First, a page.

Letters to the Editor: Feb. 10, 2017
Growing up, I had the privilege of having a parent who worked as a librarian at the McMinnville Public Library.
On days I didn’t have after school events, I’d walk, usually with a friend or two, to the library. We’d whisper our way through homework and search the stacks, tiptoeing around patrons lost in a good book or engaging magazine.
Last week I did a quick drop in to see what was on the “new books” shelf. Maybe it was the disoriented young man who initiated a conversation with me, or just something different in the air, but I realized how much our library has changed.
The sturdy concrete walls, filled to-the-brim shelves and the tall windows that bring the outside in remain. But as for the people, I stood and watched and saw how it has evolved into so much more than a traditional library. It has become a warming shelter, a safe place for ostracized citizens, a haven for people struggling with mental illness, a cell phone recharging station and a popular public restroom.
I watched a call go out to the police and their quick response, softly supporting a very intoxicated young man out in the plaza.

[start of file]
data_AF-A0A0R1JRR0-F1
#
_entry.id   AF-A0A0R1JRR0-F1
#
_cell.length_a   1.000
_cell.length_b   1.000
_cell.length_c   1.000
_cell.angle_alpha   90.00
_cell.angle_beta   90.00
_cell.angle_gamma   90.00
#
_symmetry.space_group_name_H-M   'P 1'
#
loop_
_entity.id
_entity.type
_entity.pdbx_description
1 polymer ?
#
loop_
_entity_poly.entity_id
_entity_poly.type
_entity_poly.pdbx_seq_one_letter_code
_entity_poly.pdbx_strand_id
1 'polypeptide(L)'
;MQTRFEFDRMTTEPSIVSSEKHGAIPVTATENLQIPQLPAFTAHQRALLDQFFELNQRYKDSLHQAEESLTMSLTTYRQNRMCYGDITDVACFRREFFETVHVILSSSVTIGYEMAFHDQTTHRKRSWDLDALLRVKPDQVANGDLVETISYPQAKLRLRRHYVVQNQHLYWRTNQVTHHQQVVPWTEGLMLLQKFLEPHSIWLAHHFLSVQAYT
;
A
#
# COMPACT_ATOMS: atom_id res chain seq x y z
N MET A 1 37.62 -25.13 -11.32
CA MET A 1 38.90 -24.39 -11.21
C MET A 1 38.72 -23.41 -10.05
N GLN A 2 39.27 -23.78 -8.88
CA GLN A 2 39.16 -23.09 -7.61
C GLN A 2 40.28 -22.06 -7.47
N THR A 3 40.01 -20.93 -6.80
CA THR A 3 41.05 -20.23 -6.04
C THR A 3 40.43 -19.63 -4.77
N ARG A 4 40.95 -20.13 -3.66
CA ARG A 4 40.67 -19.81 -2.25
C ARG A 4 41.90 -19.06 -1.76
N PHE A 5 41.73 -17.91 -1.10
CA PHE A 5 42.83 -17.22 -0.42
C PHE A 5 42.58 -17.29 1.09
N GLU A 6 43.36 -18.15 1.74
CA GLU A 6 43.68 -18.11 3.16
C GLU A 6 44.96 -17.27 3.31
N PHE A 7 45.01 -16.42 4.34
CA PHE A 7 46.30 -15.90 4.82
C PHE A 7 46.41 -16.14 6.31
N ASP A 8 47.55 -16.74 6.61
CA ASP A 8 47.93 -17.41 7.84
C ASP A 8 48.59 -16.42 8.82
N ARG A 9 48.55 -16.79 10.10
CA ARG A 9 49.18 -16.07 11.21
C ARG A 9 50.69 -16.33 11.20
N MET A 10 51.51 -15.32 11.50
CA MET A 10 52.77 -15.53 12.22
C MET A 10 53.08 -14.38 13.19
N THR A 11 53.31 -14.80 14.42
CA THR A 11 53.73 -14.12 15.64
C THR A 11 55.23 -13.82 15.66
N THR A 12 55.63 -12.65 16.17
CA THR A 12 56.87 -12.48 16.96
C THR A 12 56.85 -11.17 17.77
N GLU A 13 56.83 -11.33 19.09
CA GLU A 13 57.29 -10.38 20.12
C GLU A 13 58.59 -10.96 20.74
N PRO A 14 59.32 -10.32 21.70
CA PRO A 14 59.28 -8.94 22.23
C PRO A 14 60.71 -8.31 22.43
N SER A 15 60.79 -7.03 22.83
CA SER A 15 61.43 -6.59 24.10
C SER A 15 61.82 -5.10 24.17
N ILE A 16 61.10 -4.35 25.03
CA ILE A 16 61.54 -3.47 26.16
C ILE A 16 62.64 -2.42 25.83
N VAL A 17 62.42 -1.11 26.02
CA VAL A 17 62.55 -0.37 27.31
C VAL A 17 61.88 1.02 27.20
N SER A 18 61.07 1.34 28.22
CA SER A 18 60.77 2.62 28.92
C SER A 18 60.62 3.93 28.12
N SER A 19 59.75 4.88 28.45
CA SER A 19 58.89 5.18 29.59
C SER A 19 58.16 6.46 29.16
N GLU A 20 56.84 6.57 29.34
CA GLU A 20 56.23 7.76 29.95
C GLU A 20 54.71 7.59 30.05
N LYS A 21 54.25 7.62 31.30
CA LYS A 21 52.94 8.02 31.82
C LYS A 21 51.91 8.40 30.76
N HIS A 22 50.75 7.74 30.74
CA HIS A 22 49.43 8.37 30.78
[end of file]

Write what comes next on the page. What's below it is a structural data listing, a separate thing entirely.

I’m now imagining the myriad roles that librarians play today, many of which, as one librarian told me with a smile, “I certainly didn’t learn when getting my degree in library science.”
I hope our community is aware of not only how incredible the library is and what a holistic role our librarians play, but what a community center it has become. I hope that if they needed more from us to complete their mission as it evolves during these challenging times, that not only could they ask, but that we would answer in the affirmative.
Why so cagey?
The Yamhelas bike path proposal is a light-rail project in disguise. We are spending millions, and it does not look feasible to become a trail. But Primozich rebuffs.
Commissioners Mary Starrett and Rick Olson pinned his back to the wall Jan. 19 over the missing farm-impact documents. Then Primozich, in a rare but sumptuous loss of words, called out for help from legal counsel Todd Sadlo ever so delicately.
It went like this: Primozich stated the farm-impact study does not have to be done as a whole, but farmer-per-farmer, because Yamhelas is in our transportation system plan.
Starrett retorted, “That sounds like a kind of circuitous way of saying we’re not going to do it because we don’t have to do it, but what we have done will constitute a farm-impact study because we call it a farm impact study.”